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3G's future looks a little rosier

Peer-to-peer services will be crucial to rollout

The future of 3G (third generation) technologies still remains uncertain, with many unsure what its killer application will be or even when we can expect wide rollout of such services, but despite this most Europeans are still positive about its launch according to a new report.

The report, released today by analysts at research group The Thinking Box, predicts that peer-to-peer services will drive initial demand for 3G, including applications such as MMS (multimedia messaging) and video calls.

"Applications built on self-generating content will meet instant success," says the report.

Such services will, however, rely on paid-for content, something which users have, up until now, been reluctant to purchase, an attitude which operators will have to work hard to change.

But back in August, a report from analysts at Datamonitor urged mobile operators to abandon their plans for 3G networks.

"Within the next 12 months some licence holders may shelve 3G aspirations, possibly having to treat the cost of licences as a write-down," said the report's author, analyst Nick Greenway.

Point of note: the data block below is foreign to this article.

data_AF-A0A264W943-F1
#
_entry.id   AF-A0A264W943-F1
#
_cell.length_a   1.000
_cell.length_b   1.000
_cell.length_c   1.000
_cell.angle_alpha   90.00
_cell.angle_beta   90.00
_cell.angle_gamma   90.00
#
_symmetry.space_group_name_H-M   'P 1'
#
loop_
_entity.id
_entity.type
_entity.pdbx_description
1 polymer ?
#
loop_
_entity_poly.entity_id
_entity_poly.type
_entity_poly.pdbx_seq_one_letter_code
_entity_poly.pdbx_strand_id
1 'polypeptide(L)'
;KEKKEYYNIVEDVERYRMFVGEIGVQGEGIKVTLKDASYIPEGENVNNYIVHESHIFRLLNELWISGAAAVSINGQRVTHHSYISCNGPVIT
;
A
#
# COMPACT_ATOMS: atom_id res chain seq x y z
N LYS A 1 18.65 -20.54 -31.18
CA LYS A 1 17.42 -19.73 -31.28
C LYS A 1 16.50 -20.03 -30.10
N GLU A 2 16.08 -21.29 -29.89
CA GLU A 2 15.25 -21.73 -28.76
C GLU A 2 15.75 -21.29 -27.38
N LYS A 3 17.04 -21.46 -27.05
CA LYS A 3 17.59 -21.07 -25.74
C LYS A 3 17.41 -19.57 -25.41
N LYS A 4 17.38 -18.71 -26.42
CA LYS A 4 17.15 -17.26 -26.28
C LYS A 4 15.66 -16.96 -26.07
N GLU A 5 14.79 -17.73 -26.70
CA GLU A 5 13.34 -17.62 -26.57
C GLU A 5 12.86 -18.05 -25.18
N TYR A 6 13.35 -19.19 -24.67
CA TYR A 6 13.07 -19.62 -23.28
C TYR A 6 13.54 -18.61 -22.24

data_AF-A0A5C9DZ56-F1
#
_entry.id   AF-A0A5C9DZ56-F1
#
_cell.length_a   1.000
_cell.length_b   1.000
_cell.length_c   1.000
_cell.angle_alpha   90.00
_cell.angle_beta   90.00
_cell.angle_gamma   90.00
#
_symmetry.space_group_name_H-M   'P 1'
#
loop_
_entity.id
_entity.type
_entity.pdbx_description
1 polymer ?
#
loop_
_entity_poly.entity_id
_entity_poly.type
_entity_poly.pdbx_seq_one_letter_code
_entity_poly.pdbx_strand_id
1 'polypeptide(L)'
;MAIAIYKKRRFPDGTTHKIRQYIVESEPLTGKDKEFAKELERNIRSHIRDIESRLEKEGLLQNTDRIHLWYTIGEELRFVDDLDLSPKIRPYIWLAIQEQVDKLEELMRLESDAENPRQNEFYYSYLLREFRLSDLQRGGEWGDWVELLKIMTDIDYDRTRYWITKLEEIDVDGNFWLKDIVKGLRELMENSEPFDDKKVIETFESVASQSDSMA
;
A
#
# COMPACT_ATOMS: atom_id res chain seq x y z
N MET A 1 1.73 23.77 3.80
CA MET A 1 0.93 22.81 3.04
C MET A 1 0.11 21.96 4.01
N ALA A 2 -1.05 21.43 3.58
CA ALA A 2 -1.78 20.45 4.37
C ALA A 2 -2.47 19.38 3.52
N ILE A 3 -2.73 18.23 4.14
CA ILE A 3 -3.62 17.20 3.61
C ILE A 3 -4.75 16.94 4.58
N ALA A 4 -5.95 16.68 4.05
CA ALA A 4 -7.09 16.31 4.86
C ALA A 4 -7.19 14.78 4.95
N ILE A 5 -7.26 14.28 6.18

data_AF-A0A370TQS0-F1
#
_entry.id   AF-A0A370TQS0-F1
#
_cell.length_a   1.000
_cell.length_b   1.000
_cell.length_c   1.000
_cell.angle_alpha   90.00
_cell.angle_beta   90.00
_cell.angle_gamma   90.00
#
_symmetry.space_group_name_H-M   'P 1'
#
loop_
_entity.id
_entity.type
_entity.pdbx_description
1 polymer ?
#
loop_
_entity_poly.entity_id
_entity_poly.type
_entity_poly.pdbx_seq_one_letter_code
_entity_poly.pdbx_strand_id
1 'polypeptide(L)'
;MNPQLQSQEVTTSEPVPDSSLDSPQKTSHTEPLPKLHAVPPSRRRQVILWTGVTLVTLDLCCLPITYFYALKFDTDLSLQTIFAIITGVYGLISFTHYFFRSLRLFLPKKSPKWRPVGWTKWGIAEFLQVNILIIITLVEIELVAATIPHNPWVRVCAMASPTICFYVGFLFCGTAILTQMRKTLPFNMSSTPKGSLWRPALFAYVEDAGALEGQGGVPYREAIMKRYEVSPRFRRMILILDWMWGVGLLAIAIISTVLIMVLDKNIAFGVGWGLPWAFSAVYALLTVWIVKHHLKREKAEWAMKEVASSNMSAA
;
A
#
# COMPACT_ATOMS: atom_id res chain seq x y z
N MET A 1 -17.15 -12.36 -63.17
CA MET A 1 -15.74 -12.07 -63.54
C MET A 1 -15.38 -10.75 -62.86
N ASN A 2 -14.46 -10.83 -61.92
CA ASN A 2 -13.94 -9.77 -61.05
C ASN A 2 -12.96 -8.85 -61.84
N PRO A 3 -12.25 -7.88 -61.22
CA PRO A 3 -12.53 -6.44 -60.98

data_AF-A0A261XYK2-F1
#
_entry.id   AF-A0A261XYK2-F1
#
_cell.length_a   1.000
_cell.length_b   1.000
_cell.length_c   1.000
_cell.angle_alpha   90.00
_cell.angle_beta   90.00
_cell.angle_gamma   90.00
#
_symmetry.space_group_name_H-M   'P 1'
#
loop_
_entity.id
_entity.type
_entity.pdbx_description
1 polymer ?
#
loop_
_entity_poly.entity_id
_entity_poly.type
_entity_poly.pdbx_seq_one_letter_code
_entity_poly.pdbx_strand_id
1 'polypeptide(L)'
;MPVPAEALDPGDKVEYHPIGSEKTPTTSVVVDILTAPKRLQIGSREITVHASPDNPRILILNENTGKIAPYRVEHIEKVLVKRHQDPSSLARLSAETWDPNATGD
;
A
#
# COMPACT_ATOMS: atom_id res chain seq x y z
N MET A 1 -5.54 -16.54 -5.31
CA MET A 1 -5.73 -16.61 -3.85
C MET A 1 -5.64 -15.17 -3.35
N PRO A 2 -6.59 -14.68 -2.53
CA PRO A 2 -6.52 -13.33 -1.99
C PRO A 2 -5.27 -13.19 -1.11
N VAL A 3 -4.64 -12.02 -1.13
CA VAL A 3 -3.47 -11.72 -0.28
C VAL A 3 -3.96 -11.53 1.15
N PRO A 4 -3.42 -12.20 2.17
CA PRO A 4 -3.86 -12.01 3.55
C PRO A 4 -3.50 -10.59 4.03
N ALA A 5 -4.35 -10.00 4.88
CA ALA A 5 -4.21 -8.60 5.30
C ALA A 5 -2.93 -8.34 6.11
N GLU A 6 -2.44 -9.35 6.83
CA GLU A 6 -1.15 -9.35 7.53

"Give it away now — there's more sense in abandoning the market altogether than rolling out a service on top of giant sunk costs," added Greenway. In other words, don't throw away good money after bad.

Today's report is more positive, estimating that 3G will reach 50 percent of European mobile users by 2007 and within five years average revenue per user will have increased by 50 percent.

According to Thinking Box, text messaging will be a thing of the past making way for MIM (mobile instant messaging. This is similar to PC-based messaging systems such as AOL's and Microsoft's instant messagers but on mobile phones.

This is certainly the way operators and Microsoft see the market going, as the launch of the Orange SPV smart phone (pictured) last week illustrates.

Mobile phone operator Nokia will release its first 3G handset in the UK at the beginning of next year.

A full copy of the report can be purchased here.

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